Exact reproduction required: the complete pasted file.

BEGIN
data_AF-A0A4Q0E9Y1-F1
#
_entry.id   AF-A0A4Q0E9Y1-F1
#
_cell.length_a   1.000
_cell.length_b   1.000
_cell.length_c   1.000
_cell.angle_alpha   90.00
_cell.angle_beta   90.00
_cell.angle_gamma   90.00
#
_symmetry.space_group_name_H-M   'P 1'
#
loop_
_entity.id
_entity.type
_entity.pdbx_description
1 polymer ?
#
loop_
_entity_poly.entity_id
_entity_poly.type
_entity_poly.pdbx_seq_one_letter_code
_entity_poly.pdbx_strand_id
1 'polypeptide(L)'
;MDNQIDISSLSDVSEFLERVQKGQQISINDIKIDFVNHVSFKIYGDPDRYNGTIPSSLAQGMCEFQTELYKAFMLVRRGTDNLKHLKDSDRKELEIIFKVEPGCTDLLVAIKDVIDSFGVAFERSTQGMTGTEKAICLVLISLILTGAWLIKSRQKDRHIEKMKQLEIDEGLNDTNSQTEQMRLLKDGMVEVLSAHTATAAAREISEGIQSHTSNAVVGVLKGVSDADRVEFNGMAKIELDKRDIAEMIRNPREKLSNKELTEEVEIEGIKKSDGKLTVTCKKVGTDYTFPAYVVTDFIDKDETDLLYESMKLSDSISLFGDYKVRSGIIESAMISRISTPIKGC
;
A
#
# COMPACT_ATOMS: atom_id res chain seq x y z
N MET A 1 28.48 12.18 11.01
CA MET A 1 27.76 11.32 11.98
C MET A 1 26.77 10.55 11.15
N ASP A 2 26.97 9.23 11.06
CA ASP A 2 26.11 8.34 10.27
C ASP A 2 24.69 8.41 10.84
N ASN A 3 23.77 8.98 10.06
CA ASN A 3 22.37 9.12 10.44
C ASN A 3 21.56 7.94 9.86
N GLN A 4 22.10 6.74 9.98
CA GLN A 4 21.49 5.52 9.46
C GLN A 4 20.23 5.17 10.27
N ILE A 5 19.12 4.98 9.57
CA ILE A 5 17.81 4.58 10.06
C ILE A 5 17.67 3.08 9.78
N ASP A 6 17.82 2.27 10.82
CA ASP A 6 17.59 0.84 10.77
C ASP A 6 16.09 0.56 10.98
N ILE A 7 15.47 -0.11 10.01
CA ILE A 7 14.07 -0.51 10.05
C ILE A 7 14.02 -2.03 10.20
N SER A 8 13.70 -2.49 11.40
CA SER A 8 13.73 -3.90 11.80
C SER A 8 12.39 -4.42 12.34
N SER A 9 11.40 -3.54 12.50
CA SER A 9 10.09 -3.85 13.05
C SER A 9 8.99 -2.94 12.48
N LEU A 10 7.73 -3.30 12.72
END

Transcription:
data_AF-A0A4Q0E9Y1-F1
#
_entry.id   AF-A0A4Q0E9Y1-F1
#
_cell.length_a   1.000
_cell.length_b   1.000
_cell.length_c   1.000
_cell.angle_alpha   90.00
_cell.angle_beta   90.00
_cell.angle_gamma   90.00
#
_symmetry.space_group_name_H-M   'P 1'
#
loop_
_entity.id
_entity.type
_entity.pdbx_description
1 polymer ?
#
loop_
_entity_poly.entity_id
_entity_poly.type
_entity_poly.pdbx_seq_one_letter_code
_entity_poly.pdbx_strand_id
1 'polypeptide(L)'
;MDNQIDISSLSDVSEFLERVQKGQQISINDIKIDFVNHVSFKIYGDPDRYNGTIPSSLAQGMCEFQTELYKAFMLVRRGTDNLKHLKDSDRKELEIIFKVEPGCTDLLVAIKDVIDSFGVAFERSTQGMTGTEKAICLVLISLILTGAWLIKSRQKDRHIEKMKQLEIDEGLNDTNSQTEQMRLLKDGMVEVLSAHTATAAAREISEGIQSHTSNAVVGVLKGVSDADRVEFNGMAKIELDKRDIAEMIRNPREKLSNKELTEEVEIEGIKKSDGKLTVTCKKVGTDYTFPAYVVTDFIDKDETDLLYESMKLSDSISLFGDYKVRSGIIESAMISRISTPIKGC
;
A
#
# COMPACT_ATOMS: atom_id res chain seq x y z
N MET A 1 28.48 12.18 11.01
CA MET A 1 27.76 11.32 11.98
C MET A 1 26.77 10.55 11.15
N ASP A 2 26.97 9.23 11.06
CA ASP A 2 26.11 8.34 10.27
C ASP A 2 24.69 8.41 10.84
N ASN A 3 23.77 8.98 10.06
CA ASN A 3 22.37 9.12 10.44
C ASN A 3 21.56 7.94 9.86
N GLN A 4 22.10 6.74 9.98
CA GLN A 4 21.49 5.52 9.46
C GLN A 4 20.23 5.17 10.27
N ILE A 5 19.12 4.98 9.57
CA ILE A 5 17.81 4.58 10.06
C ILE A 5 17.67 3.08 9.78
N ASP A 6 17.82 2.27 10.82
CA ASP A 6 17.59 0.84 10.77
C ASP A 6 16.09 0.56 10.98
N ILE A 7 15.47 -0.11 10.01
CA ILE A 7 14.07 -0.51 10.05
C ILE A 7 14.02 -2.03 10.20
N SER A 8 13.70 -2.49 11.40
CA SER A 8 13.73 -3.90 11.80
C SER A 8 12.39 -4.42 12.34
N SER A 9 11.40 -3.54 12.50
CA SER A 9 10.09 -3.85 13.05
C SER A 9 8.99 -2.94 12.48
N LEU A 10 7.73 -3.30 12.72